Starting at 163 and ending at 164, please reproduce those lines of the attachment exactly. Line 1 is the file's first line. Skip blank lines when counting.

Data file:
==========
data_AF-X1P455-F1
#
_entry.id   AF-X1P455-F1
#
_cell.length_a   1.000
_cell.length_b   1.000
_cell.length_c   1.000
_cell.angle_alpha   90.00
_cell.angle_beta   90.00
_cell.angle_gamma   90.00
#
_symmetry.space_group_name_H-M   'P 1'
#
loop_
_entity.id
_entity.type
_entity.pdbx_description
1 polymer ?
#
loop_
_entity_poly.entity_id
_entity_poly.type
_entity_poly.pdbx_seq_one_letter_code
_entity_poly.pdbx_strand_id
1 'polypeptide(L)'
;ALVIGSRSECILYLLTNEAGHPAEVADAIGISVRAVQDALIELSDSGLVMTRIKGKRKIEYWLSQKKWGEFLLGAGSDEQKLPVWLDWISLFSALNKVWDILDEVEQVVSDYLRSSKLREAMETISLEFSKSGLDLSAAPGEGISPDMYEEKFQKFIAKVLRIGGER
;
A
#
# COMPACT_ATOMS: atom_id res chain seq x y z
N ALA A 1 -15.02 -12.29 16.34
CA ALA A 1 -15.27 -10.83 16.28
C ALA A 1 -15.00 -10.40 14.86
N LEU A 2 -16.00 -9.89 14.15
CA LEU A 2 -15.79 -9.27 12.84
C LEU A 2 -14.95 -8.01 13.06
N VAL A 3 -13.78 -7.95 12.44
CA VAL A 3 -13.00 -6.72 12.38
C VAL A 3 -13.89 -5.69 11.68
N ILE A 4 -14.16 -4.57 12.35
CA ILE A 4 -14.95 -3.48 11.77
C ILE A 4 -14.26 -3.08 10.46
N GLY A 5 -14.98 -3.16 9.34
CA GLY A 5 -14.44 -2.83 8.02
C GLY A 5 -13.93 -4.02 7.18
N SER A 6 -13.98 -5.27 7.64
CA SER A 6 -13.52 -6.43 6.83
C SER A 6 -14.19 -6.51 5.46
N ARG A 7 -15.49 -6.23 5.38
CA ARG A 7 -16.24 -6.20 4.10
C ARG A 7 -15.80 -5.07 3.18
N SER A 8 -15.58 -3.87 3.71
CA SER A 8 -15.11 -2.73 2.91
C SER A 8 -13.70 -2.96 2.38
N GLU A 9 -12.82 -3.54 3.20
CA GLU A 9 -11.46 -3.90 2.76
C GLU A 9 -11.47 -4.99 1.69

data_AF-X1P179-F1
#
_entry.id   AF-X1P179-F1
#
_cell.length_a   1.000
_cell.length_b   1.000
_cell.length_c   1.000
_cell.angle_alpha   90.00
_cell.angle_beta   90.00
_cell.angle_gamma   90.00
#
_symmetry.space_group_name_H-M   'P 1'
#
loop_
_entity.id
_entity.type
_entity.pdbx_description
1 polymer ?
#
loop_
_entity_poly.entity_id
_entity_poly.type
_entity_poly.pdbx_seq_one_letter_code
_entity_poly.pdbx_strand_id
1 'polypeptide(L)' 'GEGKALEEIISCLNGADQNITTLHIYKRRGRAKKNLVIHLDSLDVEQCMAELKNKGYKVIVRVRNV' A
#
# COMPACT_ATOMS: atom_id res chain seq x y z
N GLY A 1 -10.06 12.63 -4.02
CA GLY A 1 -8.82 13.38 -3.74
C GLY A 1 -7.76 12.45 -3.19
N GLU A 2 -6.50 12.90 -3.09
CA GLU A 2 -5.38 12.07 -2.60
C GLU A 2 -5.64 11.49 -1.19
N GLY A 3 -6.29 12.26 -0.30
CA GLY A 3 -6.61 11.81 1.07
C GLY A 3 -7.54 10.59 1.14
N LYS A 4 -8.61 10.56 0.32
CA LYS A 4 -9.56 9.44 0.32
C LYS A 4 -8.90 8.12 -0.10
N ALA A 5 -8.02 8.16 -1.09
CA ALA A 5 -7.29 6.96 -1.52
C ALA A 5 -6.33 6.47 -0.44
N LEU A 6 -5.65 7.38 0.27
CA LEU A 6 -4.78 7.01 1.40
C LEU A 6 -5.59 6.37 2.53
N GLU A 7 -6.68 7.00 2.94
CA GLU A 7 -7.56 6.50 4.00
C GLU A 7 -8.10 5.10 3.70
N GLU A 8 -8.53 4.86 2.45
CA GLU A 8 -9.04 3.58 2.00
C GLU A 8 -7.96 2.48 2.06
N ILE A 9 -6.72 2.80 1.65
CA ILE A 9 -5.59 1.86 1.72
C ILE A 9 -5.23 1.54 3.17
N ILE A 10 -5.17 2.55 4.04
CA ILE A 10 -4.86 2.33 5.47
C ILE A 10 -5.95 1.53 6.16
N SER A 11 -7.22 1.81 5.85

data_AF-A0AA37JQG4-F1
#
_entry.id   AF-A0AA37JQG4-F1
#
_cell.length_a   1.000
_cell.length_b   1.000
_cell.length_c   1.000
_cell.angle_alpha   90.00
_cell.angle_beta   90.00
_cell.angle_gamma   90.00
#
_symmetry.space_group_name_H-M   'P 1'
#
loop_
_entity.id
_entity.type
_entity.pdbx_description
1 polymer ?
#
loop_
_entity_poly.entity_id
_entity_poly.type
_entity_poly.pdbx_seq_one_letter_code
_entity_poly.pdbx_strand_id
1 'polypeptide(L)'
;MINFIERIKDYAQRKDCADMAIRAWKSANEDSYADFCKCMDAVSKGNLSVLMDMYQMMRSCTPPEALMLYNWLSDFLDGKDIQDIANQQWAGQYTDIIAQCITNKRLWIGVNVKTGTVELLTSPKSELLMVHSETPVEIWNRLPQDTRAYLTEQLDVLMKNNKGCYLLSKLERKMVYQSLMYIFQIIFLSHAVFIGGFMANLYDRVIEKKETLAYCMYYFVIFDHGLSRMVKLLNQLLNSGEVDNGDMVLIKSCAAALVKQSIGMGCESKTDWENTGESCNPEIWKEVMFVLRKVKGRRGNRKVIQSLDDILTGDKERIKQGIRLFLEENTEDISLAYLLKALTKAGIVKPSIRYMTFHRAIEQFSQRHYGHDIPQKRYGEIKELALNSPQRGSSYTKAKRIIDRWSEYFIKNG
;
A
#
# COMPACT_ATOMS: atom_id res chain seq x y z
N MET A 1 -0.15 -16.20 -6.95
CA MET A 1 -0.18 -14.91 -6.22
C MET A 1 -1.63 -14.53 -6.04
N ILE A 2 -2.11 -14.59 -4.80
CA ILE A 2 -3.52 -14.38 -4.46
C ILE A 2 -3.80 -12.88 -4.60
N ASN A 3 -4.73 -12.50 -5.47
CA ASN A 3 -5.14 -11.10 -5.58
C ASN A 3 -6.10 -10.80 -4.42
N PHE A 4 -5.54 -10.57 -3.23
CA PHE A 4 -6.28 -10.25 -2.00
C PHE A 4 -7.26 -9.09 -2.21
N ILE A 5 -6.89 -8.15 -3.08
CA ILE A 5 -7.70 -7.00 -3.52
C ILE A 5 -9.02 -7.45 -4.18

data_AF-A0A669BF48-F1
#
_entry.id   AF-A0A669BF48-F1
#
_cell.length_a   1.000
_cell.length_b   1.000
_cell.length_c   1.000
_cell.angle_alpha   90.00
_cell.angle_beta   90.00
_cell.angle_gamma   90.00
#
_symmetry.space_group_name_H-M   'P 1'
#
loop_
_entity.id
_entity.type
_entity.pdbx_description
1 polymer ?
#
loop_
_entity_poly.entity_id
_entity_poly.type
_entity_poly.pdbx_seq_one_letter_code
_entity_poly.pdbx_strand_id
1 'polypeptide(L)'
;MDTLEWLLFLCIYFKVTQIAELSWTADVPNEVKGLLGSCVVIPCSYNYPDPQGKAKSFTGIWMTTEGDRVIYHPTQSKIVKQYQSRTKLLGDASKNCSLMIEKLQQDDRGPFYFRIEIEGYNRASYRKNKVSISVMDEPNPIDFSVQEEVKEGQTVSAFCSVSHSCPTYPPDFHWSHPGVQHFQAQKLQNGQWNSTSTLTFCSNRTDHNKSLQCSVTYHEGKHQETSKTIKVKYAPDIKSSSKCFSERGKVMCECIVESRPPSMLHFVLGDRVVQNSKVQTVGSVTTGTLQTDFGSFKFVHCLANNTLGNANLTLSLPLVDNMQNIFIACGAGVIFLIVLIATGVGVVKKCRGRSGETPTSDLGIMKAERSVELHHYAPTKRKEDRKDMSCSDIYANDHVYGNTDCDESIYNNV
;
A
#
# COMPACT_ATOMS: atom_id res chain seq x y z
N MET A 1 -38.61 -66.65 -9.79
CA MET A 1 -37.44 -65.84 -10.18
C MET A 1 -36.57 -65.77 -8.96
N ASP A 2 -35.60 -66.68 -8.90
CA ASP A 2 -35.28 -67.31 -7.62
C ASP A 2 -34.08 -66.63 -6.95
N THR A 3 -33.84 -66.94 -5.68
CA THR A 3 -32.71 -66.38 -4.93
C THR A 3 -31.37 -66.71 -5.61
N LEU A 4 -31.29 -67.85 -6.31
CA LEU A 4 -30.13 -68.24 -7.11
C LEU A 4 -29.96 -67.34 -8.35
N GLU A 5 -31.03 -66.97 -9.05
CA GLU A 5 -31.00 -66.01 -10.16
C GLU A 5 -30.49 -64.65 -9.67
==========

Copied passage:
_entry.id   AF-A0A669BF48-F1
#